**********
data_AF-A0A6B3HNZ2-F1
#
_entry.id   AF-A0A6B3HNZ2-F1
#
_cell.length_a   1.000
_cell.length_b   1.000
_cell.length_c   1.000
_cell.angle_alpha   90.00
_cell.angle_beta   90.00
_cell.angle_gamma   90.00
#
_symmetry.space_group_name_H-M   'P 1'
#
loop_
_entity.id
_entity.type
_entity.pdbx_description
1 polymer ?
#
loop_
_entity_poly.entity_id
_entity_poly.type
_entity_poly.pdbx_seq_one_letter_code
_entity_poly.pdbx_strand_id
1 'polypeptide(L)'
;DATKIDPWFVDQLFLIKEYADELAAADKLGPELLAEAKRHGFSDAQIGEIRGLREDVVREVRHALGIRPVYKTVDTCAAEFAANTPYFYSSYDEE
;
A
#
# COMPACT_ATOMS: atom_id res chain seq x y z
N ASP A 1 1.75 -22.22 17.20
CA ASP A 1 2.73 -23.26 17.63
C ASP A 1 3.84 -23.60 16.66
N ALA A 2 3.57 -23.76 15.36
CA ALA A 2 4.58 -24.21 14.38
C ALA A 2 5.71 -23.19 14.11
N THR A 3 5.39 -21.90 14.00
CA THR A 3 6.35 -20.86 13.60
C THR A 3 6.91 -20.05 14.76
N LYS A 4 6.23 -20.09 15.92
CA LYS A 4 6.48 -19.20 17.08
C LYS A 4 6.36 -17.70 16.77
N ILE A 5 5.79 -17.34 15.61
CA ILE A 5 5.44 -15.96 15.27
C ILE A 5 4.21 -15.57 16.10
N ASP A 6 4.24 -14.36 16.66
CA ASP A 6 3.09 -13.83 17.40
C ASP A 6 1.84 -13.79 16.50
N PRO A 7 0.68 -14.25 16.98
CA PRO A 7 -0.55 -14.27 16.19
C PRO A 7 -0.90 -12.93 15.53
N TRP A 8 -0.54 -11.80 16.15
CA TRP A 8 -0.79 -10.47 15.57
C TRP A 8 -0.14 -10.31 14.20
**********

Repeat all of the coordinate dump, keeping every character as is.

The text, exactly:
data_AF-A0A6B3HNZ2-F1
#
_entry.id   AF-A0A6B3HNZ2-F1
#
_cell.length_a   1.000
_cell.length_b   1.000
_cell.length_c   1.000
_cell.angle_alpha   90.00
_cell.angle_beta   90.00
_cell.angle_gamma   90.00
#
_symmetry.space_group_name_H-M   'P 1'
#
loop_
_entity.id
_entity.type
_entity.pdbx_description
1 polymer ?
#
loop_
_entity_poly.entity_id
_entity_poly.type
_entity_poly.pdbx_seq_one_letter_code
_entity_poly.pdbx_strand_id
1 'polypeptide(L)'
;DATKIDPWFVDQLFLIKEYADELAAADKLGPELLAEAKRHGFSDAQIGEIRGLREDVVREVRHALGIRPVYKTVDTCAAEFAANTPYFYSSYDEE
;
A
#
# COMPACT_ATOMS: atom_id res chain seq x y z
N ASP A 1 1.75 -22.22 17.20
CA ASP A 1 2.73 -23.26 17.63
C ASP A 1 3.84 -23.60 16.66
N ALA A 2 3.57 -23.76 15.36
CA ALA A 2 4.58 -24.21 14.38
C ALA A 2 5.71 -23.19 14.11
N THR A 3 5.39 -21.90 14.00
CA THR A 3 6.35 -20.86 13.60
C THR A 3 6.91 -20.05 14.76
N LYS A 4 6.23 -20.09 15.92
CA LYS A 4 6.48 -19.20 17.08
C LYS A 4 6.36 -17.70 16.77
N ILE A 5 5.79 -17.34 15.61
CA ILE A 5 5.44 -15.96 15.27
C ILE A 5 4.21 -15.57 16.10
N ASP A 6 4.24 -14.36 16.66
CA ASP A 6 3.09 -13.83 17.40
C ASP A 6 1.84 -13.79 16.50
N PRO A 7 0.68 -14.25 16.98
CA PRO A 7 -0.55 -14.27 16.19
C PRO A 7 -0.90 -12.93 15.53
N TRP A 8 -0.54 -11.80 16.15
CA TRP A 8 -0.79 -10.47 15.57
C TRP A 8 -0.14 -10.31 14.20